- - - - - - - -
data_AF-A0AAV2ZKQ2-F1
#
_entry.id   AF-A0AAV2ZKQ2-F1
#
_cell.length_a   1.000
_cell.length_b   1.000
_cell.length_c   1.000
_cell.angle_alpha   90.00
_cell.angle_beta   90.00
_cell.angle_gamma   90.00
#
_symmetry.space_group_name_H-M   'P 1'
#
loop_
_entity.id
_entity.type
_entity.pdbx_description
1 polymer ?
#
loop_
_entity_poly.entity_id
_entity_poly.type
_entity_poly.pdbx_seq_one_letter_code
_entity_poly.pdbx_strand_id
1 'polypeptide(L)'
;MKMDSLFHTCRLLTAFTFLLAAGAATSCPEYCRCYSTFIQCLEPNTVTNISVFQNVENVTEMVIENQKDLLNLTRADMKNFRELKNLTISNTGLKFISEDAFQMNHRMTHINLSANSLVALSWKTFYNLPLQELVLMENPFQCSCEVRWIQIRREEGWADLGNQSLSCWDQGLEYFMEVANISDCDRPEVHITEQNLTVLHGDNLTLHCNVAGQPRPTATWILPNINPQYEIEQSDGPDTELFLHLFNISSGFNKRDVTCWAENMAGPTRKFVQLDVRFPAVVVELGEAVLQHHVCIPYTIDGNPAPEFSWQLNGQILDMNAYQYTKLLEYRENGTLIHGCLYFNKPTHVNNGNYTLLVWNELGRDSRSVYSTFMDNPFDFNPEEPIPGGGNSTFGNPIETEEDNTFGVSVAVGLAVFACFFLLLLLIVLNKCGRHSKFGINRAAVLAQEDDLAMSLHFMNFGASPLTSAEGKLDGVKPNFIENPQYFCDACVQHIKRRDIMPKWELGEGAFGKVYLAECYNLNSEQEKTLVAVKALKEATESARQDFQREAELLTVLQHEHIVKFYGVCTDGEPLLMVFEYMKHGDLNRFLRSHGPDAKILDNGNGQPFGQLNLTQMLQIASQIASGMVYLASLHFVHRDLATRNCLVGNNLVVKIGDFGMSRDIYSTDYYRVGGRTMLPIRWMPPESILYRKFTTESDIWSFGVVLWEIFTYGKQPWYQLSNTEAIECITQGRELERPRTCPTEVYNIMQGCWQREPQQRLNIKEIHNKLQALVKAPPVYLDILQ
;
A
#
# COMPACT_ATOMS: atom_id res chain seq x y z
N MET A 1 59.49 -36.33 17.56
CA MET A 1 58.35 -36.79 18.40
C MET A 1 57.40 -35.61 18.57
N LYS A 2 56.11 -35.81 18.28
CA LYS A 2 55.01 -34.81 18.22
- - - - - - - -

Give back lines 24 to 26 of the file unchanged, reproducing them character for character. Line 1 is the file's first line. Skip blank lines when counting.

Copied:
_entity_poly.pdbx_strand_id
1 'polypeptide(L)'
;MKMDSLFHTCRLLTAFTFLLAAGAATSCPEYCRCYSTFIQCLEPNTVTNISVFQNVENVTEMVIENQKDLLNLTRADMKNFRELKNLTISNTGLKFISEDAFQMNHRMTHINLSANSLVALSWKTFYNLPLQELVLMENPFQCSCEVRWIQIRREEGWADLGNQSLSCWDQGLEYFMEVANISDCDRPEVHITEQNLTVLHGDNLTLHCNVAGQPRPTATWILPNINPQYEIEQSDGPDTELFLHLFNISSGFNKRDVTCWAENMAGPTRKFVQLDVRFPAVVVELGEAVLQHHVCIPYTIDGNPAPEFSWQLNGQILDMNAYQYTKLLEYRENGTLIHGCLYFNKPTHVNNGNYTLLVWNELGRDSRSVYSTFMDNPFDFNPEEPIPGGGNSTFGNPIETEEDNTFGVSVAVGLAVFACFFLLLLLIVLNKCGRHSKFGINRAAVLAQEDDLAMSLHFMNFGASPLTSAEGKLDGVKPNFIENPQYFCDACVQHIKRRDIMPKWELGEGAFGKVYLAECYNLNSEQEKTLVAVKALKEATESARQDFQREAELLTVLQHEHIVKFYGVCTDGEPLLMVFEYMKHGDLNRFLRSHGPDAKILDNGNGQPFGQLNLTQMLQIASQIASGMVYLASLHFVHRDLATRNCLVGNNLVVKIGDFGMSRDIYSTDYYRVGGRTMLPIRWMPPESILYRKFTTESDIWSFGVVLWEIFTYGKQPWYQLSNTEAIECITQGRELERPRTCPTEVYNIMQGCWQREPQQRLNIKEIHNKLQALVKAPPVYLDILQ